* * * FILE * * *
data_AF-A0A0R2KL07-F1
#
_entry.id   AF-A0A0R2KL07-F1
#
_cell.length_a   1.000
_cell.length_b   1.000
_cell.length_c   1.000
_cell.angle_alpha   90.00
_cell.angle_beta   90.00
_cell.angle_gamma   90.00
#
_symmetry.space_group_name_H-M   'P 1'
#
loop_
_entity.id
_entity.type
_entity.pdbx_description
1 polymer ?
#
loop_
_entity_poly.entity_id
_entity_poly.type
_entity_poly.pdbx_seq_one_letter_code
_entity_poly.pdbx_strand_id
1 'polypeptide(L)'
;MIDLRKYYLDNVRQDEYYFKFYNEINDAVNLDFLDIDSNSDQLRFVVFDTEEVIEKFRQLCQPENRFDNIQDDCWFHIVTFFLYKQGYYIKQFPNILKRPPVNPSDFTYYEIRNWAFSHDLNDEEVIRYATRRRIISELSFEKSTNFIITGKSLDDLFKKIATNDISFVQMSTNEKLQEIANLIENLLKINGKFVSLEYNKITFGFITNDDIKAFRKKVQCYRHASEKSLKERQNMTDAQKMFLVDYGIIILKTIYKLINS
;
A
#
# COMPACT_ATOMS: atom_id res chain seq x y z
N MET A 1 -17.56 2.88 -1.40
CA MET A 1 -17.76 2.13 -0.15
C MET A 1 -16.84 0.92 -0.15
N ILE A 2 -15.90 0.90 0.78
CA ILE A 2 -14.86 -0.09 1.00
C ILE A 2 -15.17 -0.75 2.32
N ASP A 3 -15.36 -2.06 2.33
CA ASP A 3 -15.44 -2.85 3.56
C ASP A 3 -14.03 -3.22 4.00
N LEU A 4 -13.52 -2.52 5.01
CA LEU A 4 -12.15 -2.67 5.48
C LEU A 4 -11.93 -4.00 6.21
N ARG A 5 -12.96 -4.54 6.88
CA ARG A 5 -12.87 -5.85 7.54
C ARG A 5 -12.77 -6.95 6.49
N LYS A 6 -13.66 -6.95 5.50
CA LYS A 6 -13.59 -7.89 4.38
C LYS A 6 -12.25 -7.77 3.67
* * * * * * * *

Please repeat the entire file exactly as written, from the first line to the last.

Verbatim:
data_AF-A0A0R2KL07-F1
#
_entry.id   AF-A0A0R2KL07-F1
#
_cell.length_a   1.000
_cell.length_b   1.000
_cell.length_c   1.000
_cell.angle_alpha   90.00
_cell.angle_beta   90.00
_cell.angle_gamma   90.00
#
_symmetry.space_group_name_H-M   'P 1'
#
loop_
_entity.id
_entity.type
_entity.pdbx_description
1 polymer ?
#
loop_
_entity_poly.entity_id
_entity_poly.type
_entity_poly.pdbx_seq_one_letter_code
_entity_poly.pdbx_strand_id
1 'polypeptide(L)'
;MIDLRKYYLDNVRQDEYYFKFYNEINDAVNLDFLDIDSNSDQLRFVVFDTEEVIEKFRQLCQPENRFDNIQDDCWFHIVTFFLYKQGYYIKQFPNILKRPPVNPSDFTYYEIRNWAFSHDLNDEEVIRYATRRRIISELSFEKSTNFIITGKSLDDLFKKIATNDISFVQMSTNEKLQEIANLIENLLKINGKFVSLEYNKITFGFITNDDIKAFRKKVQCYRHASEKSLKERQNMTDAQKMFLVDYGIIILKTIYKLINS
;
A
#
# COMPACT_ATOMS: atom_id res chain seq x y z
N MET A 1 -17.56 2.88 -1.40
CA MET A 1 -17.76 2.13 -0.15
C MET A 1 -16.84 0.92 -0.15
N ILE A 2 -15.90 0.90 0.78
CA ILE A 2 -14.86 -0.09 1.00
C ILE A 2 -15.17 -0.75 2.32
N ASP A 3 -15.36 -2.06 2.33
CA ASP A 3 -15.44 -2.85 3.56
C ASP A 3 -14.03 -3.22 4.00
N LEU A 4 -13.52 -2.52 5.01
CA LEU A 4 -12.15 -2.67 5.48
C LEU A 4 -11.93 -4.00 6.21
N ARG A 5 -12.96 -4.54 6.88
CA ARG A 5 -12.87 -5.85 7.54
C ARG A 5 -12.77 -6.95 6.49
N LYS A 6 -13.66 -6.95 5.50
CA LYS A 6 -13.59 -7.89 4.38
C LYS A 6 -12.25 -7.77 3.67